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Historical Background of Mosquito Lagoon Quick Topics

For some 10,000 years before European settlers arrived, indigenous people of Florida inhabited this east central coastal region. Until the early 20th century, the east central Florida coastline was strewn with ancient mounds of clam and oyster shells that testified to the presence of these natives. Timucuan Indian artifacts surrounding the Mosquito Lagoon indicate it was a food source of even greater importance to early inhabitants than to today's residents. Most mounds have been destroyed and the shell used for roadways and building fill. Shellfish harvesting, fishing and hunting game were important consumptive uses from the time of indigenous occupation into the early 1900s. Mosquito Lagoon was the main travel corridor for early settlers.

Several large sugar plantations were established during early European and Afro-American settlement, but later abandoned. As settlements grew, commercial uses such as the harvest of seafood and transport of goods by steamboat became more important. Resettlement began in earnest after the Civil War. The town of New Smyrna Beach was incorporated in 1887, with a population of 150 people. The Florida East Coast Railroad spurred development and seasonal tourism to areas like St. Augustine and New Smyrna Beach.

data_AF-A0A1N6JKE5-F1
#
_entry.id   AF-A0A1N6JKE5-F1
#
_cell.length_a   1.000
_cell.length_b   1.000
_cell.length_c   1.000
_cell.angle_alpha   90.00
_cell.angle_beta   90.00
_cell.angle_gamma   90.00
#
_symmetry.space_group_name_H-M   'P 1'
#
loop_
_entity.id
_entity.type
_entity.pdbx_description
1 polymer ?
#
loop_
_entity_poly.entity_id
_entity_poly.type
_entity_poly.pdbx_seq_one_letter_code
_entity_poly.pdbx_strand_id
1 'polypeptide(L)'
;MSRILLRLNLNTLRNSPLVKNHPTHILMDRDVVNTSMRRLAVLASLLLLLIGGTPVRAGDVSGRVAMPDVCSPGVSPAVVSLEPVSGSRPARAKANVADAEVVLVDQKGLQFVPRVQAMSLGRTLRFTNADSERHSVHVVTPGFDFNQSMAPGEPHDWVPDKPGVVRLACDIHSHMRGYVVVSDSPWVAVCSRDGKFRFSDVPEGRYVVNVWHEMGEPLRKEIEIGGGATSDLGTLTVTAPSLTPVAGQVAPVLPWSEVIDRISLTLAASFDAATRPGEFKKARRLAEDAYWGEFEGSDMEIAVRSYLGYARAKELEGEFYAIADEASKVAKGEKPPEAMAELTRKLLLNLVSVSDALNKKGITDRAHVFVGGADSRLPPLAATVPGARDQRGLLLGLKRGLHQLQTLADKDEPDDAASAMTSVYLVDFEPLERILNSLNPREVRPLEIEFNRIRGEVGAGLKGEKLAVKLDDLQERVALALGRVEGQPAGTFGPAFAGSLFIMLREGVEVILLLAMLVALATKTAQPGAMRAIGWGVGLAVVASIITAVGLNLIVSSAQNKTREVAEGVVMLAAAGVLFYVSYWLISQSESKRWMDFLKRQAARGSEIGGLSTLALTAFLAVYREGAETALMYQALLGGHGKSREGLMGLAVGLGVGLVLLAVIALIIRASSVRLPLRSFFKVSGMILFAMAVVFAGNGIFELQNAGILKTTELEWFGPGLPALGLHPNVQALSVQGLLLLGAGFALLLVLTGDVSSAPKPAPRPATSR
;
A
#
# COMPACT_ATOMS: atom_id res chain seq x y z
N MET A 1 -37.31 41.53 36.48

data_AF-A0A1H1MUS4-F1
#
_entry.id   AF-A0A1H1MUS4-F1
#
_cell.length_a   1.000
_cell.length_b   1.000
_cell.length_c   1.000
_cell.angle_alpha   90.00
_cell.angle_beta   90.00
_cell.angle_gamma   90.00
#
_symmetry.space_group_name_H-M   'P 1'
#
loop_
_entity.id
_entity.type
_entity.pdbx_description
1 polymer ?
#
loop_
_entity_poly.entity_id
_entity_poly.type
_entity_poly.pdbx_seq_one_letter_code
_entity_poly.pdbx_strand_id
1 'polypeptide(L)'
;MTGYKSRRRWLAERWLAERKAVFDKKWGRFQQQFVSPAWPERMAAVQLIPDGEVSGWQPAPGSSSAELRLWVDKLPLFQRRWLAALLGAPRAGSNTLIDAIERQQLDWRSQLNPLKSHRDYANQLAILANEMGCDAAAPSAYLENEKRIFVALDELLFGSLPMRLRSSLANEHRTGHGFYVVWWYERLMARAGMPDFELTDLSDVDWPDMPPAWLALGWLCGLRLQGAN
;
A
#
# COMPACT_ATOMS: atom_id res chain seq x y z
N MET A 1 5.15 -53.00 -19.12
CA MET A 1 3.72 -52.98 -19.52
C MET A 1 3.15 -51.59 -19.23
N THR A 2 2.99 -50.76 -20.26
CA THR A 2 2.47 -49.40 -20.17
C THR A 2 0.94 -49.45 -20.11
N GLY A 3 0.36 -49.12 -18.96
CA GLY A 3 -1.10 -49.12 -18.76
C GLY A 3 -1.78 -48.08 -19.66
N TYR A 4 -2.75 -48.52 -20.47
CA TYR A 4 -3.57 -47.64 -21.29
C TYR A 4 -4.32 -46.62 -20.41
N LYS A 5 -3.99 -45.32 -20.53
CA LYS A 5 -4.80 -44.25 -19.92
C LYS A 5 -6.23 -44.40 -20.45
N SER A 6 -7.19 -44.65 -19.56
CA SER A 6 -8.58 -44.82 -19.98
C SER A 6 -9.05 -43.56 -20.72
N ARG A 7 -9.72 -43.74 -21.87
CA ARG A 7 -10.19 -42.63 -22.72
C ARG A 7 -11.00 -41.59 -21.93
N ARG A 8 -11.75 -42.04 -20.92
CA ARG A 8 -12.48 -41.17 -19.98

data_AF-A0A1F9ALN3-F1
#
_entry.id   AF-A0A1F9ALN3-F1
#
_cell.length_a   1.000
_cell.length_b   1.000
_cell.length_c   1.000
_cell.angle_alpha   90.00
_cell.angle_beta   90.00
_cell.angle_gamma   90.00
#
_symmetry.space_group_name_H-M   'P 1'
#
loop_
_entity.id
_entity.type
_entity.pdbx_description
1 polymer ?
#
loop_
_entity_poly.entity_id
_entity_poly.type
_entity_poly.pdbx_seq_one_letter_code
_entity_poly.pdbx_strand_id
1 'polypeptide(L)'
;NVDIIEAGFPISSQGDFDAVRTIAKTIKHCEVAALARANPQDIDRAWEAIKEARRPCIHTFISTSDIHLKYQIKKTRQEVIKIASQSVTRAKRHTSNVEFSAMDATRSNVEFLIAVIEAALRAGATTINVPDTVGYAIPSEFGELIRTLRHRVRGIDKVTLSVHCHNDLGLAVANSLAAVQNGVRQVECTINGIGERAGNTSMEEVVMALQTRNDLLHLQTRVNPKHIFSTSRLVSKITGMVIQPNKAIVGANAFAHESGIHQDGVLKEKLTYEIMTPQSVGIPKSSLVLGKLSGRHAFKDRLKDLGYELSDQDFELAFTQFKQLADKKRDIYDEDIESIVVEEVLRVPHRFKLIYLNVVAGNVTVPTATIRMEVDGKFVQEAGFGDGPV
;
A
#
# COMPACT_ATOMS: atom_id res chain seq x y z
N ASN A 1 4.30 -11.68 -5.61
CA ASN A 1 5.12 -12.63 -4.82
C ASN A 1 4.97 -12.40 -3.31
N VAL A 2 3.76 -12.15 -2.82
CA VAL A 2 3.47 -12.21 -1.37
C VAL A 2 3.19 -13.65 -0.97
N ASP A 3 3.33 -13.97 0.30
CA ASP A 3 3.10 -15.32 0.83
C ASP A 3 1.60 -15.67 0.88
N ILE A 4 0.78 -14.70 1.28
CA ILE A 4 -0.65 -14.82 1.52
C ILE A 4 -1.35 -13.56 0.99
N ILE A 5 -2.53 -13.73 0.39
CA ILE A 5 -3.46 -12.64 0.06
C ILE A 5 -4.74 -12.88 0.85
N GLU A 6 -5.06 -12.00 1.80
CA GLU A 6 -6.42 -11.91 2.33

Historically, Mosquito Lagoon's only opening to the Atlantic Ocean was at Ponce de Leon Inlet, to the northeast. The current southern opening at the southwest end of the Mosquito Lagoon (the original Haulover Canal) was manually excavated in the 1850s during the Seminole Wars. The existing, and larger, 1.2 mile long canal connecting the Indian River Lagoon (IRL) to Mosquito Lagoon was created in 1887 and improved in 1930 and 1959 as part of the Atlantic Intracoastal Waterway (AIWW). Today, the AIWW channel is a busy travel corridor and provides important economic support to the region. All southbound AIWW vessel traffic must pass through Mosquito Lagoon and Haulover Canal to reach the IRL.

Red cedar

Red cedar was important for early settlers

During the 1960s and 1970s, the Florida Legislature recognized the importance of preserving the Mosquito Lagoon and adjacent barrier island (Florida Aquatic Preserve Act of 1975, �258.36, F.S.). Mosquito Lagoon Aquatic Preserve (MLAP) was designated in 1970 for the purpose of maintaining Mosquito Lagoon in essentially a natural condition.

The original MLAP boundaries included 28 miles of Mosquito Lagoon, stretching from the southern city limits of New Smyrna Beach to the southern terminus of the basin in Brevard County and encompassed approximately 39,000 acres. During the 1960s and again in 1980, much of the submerged bottom was conveyed to the United States of America for development of the U.S. space program at Cape Canaveral and the expansion of Canaveral National Seashore. Since most of the originally designated MLAP is now under the ownership and management of the federal government, the primary focus of the present management plan will concern that part of the MLAP under the ownership and management of the State of Florida.

Last updated: April 06, 2015

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